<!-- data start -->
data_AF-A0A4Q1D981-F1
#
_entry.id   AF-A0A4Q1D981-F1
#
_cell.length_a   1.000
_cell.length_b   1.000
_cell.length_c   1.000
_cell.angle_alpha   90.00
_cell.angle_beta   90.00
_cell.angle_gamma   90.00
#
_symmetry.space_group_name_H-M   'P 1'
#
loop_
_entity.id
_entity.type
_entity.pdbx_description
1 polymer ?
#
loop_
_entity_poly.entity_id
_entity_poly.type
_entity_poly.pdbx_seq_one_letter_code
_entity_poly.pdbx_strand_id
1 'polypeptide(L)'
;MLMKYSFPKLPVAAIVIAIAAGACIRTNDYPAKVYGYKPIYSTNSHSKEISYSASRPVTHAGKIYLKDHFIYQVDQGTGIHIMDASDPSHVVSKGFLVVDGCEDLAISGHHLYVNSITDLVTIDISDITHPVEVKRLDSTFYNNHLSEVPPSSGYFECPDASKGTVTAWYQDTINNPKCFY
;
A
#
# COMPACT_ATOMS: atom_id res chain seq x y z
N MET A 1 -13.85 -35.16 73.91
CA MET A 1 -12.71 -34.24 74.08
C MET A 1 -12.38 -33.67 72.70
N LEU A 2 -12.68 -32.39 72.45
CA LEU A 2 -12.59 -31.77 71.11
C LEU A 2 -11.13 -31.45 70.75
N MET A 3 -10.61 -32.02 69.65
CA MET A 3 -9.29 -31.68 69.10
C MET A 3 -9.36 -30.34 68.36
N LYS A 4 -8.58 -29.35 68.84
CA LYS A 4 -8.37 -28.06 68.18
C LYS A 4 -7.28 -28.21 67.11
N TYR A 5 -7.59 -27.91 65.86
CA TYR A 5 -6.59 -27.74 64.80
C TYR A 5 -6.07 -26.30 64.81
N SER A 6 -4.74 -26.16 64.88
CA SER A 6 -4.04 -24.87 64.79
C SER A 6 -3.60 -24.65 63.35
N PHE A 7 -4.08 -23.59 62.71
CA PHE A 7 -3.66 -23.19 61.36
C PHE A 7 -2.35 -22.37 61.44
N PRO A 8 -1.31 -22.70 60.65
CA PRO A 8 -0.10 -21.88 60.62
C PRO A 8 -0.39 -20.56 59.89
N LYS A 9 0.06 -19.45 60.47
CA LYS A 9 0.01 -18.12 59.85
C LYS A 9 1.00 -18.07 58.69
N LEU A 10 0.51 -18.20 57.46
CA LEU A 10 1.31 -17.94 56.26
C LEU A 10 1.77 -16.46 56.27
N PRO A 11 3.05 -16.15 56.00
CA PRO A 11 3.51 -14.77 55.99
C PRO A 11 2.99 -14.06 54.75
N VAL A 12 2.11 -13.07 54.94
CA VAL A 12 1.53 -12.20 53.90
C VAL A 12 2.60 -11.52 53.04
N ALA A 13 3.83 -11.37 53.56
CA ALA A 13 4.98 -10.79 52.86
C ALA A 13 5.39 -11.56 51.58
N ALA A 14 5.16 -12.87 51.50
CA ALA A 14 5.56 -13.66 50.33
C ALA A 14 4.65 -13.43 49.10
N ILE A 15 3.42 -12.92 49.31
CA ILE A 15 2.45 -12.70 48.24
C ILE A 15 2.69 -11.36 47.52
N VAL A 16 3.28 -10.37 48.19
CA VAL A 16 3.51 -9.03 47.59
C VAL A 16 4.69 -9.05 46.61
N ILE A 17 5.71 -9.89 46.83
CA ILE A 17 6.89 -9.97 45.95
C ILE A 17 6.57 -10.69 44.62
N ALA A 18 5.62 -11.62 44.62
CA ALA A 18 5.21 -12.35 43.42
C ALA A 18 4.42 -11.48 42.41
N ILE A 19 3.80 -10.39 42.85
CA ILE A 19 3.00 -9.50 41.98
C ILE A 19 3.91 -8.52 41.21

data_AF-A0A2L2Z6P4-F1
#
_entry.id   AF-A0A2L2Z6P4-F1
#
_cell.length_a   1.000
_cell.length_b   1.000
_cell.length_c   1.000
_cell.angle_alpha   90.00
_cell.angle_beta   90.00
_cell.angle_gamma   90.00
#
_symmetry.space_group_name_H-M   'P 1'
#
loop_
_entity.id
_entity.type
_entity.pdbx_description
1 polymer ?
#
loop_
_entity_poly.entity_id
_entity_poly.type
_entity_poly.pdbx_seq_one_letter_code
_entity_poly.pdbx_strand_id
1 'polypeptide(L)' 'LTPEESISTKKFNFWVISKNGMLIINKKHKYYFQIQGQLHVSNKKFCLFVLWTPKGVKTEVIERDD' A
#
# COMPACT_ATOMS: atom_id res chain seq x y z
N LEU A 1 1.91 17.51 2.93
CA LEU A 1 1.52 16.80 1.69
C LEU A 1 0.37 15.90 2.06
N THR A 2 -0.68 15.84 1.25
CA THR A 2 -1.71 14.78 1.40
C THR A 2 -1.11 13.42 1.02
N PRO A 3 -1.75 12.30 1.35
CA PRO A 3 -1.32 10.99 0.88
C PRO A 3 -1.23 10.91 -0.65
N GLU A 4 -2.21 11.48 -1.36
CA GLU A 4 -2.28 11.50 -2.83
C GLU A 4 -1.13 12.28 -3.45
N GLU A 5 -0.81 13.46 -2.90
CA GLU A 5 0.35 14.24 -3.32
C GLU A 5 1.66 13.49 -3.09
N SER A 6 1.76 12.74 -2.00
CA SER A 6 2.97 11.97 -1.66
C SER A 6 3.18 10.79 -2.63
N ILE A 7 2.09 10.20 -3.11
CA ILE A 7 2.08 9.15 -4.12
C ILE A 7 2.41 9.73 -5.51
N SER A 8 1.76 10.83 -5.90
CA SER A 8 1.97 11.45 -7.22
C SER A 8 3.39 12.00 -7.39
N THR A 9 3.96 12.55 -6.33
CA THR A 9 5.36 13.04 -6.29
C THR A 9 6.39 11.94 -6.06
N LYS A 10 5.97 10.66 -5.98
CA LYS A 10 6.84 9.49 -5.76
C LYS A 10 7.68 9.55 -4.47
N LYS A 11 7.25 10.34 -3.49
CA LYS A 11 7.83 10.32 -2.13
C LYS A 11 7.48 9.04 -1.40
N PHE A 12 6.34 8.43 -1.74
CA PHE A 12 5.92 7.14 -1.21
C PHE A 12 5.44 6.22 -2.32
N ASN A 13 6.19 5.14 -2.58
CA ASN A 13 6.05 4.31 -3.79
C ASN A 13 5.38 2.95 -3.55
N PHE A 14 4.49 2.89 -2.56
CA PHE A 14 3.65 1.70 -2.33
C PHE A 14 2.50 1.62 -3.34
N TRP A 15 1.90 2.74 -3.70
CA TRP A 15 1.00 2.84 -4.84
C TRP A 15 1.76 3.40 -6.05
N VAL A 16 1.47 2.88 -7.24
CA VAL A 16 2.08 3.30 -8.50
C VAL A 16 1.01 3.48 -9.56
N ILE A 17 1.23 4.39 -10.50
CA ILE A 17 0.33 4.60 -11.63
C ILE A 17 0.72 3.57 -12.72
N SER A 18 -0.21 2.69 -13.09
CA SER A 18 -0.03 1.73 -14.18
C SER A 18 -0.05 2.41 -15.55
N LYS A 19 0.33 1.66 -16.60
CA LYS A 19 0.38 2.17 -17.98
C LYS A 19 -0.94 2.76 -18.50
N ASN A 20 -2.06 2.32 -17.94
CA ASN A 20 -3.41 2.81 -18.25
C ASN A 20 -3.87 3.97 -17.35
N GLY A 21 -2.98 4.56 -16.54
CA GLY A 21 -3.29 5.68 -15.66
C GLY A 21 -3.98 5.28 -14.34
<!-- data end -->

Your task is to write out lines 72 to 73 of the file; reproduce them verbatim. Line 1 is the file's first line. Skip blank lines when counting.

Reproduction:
C ALA A 14 4.65 -13.43 49.10
N ILE A 15 3.42 -12.92 49.31